Training a task-completion dialogue agent via reinforcement learning (RL) is costly because it requires many interactions with real users. One common alternative is to use a user simulator. However, a user simulator usually lacks the language complexity of human interlocutors and the biases in its design may tend to degrade the agent. To address these issues, we present Deep Dyna-Q, which to our knowledge is the first deep RL framework that integrates planning for task-completion dialogue policy learning. We incorporate into the dialogue agent a model of the environment, referred to as the world model, to mimic real user response and generate simulated experience. During dialogue policy learning, the world model is constantly updated with real user experience to approach real user behavior, and in turn, the dialogue agent is optimized using both real experience and simulated experience. The effectiveness of our approach is demonstrated on a movie-ticket booking task in both simulated and human-in-the-loop settings.
This paper presents a new approach that extends Deep Dyna-Q (DDQ) by incorporating a Budget-Conscious Scheduling (BCS) to best utilize a fixed, small amount of user interactions (budget) for learning task-oriented dialogue agents. BCS consists of (1) a Poisson-based global scheduler to allocate budget over different stages of training; (2) a controller to decide at each training step whether the agent is trained using real or simulated experiences; (3) a user goal sampling module to generate the experiences that are most effective for policy learning. Experiments on a movie-ticket booking task with simulated and real users show that our approach leads to significant improvements in success rate over the state-of-the-art baselines given the fixed budget.
Training task-completion dialogue agents with reinforcement learning usually requires a large number of real user experiences. The Dyna-Q algorithm extends Q-learning by integrating a world model, and thus can effectively boost training efficiency using simulated experiences generated by the world model. The effectiveness of Dyna-Q, however, depends on the quality of the world model - or implicitly, the pre-specified ratio of real vs. simulated experiences used for Q-learning. To this end, we extend the recently proposed Deep Dyna-Q (DDQ) framework by integrating a switcher that automatically determines whether to use a real or simulated experience for Q-learning. Furthermore, we explore the use of active learning for improving sample efficiency, by encouraging the world model to generate simulated experiences in the state-action space where the agent has not (fully) explored. Our results show that by combining switcher and active learning, the new framework named as Switch-based Active Deep Dyna-Q (Switch-DDQ), leads to significant improvement over DDQ and Q-learning baselines in both simulation and human evaluations.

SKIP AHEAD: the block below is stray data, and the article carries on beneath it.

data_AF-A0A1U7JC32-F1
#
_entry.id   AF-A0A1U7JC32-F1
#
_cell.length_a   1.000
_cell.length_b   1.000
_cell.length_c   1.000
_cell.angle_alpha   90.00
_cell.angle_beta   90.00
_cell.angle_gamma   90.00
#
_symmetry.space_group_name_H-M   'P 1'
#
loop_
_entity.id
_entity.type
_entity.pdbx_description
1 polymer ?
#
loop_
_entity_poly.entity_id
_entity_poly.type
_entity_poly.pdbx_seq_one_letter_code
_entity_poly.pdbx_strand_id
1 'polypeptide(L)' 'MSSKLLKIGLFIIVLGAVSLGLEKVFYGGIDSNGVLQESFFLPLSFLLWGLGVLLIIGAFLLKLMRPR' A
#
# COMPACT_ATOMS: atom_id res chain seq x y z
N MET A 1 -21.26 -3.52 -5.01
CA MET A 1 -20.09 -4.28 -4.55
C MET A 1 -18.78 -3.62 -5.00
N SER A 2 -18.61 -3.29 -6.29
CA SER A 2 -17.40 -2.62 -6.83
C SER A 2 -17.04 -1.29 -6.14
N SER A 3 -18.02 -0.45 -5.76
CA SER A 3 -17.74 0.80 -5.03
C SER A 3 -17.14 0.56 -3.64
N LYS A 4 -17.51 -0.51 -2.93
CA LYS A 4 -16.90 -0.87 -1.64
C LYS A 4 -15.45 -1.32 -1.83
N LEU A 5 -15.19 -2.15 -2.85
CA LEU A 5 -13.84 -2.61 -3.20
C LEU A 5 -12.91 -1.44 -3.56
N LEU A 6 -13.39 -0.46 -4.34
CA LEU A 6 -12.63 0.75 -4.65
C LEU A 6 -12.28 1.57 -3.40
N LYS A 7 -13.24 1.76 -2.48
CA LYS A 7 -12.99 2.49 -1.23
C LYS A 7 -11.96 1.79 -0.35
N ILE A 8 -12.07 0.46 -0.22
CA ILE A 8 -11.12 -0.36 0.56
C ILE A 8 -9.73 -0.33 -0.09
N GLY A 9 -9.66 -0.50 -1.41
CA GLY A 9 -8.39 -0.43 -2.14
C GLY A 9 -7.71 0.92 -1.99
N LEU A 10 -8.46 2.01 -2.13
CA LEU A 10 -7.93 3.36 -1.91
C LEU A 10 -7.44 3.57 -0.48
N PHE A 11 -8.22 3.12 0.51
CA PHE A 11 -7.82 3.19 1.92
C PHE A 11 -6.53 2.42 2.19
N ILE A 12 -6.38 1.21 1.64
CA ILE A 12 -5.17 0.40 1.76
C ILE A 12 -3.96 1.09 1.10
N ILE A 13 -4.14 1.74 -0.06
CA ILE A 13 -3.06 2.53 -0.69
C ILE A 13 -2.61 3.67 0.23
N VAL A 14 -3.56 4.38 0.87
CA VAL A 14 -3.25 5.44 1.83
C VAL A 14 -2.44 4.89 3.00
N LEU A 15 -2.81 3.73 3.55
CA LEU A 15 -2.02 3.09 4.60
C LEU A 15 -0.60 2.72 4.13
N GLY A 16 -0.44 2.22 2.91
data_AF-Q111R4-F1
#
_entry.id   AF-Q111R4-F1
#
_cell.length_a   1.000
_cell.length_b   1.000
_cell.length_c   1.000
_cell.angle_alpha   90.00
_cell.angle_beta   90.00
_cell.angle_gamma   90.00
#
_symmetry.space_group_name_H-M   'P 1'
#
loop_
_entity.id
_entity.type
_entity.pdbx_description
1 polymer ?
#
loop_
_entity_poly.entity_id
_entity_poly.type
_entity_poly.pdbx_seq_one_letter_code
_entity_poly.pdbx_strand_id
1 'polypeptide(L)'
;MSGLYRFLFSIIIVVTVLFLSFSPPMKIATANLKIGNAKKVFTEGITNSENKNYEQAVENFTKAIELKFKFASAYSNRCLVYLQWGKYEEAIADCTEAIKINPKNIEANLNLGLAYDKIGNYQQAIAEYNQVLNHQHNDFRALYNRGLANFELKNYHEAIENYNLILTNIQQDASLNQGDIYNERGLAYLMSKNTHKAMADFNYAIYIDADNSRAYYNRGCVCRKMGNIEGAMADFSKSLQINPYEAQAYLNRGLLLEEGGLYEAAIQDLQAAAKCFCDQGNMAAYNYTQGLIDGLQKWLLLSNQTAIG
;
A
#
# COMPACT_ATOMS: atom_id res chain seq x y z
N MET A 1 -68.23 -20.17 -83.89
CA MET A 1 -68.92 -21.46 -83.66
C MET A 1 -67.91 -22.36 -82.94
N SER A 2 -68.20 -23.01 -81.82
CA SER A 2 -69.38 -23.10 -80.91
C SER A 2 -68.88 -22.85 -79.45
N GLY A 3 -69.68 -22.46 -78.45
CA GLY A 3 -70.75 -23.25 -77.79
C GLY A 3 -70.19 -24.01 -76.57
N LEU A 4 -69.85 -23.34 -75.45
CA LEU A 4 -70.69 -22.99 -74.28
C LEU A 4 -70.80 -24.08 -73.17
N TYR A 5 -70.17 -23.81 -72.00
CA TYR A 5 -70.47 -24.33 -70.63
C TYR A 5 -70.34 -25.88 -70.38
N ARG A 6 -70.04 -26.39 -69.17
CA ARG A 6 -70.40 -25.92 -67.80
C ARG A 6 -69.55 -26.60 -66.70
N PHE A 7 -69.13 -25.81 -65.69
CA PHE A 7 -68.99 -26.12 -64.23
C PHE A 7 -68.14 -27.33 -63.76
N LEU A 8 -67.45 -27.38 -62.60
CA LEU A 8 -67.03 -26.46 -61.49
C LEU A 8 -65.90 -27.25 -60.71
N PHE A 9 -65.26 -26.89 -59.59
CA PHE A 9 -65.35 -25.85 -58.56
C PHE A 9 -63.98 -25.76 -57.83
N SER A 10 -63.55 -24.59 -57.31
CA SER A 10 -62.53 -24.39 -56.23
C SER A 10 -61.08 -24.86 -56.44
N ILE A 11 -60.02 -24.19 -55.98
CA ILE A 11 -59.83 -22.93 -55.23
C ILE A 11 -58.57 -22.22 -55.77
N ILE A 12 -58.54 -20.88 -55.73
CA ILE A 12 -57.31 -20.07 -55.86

One of the major drawbacks of modularized task-completion dialogue systems is that each module is trained individually, which presents several challenges. For example, downstream modules are affected by earlier modules, and the performance of the entire system is not robust to the accumulated errors. This paper presents a novel end-to-end learning framework for task-completion dialogue systems to tackle such issues. Our neural dialogue system can directly interact with a structured database to assist users in accessing information and accomplishing certain tasks. The reinforcement learning based dialogue manager offers robust capabilities to handle noises caused by other components of the dialogue system. Our experiments in a movie-ticket booking domain show that our end-to-end system not only outperforms modularized dialogue system baselines for both objective and subjective evaluation, but also is robust to noises as demonstrated by several systematic experiments with different error granularity and rates specific to the language understanding module.
Reinforcement-based training methods have emerged as the most popular choice to train an efficient and effective dialog policy. However, these methods are suffering from sparse and unstable reward signals usually returned from the user simulator at the end of the dialog. Besides, the reward signal is manually designed by human experts which requires domain knowledge. A number of adversarial learning methods have been proposed to learn the reward function together with the dialog policy. However, to alternatively update the dialog policy and the reward model on the fly, the algorithms to update the dialog policy are limited to policy gradient-based algorithms, such as REINFORCE and PPO. Besides, the alternative training of the dialog agent and the reward model can easily get stuck in local optimum or result in mode collapse. In this work, we propose to decompose the previous adversarial training into two different steps. We first train the discriminator with an auxiliary dialog generator and then incorporate this trained reward model to a common reinforcement learning method to train a high-quality dialog agent. This approach is applicable to both on-policy and off-policy reinforcement learning methods. By conducting several experiments, we show the proposed methods can achieve remarkable task success and its potential to transfer knowledge from existing domains to a new domain.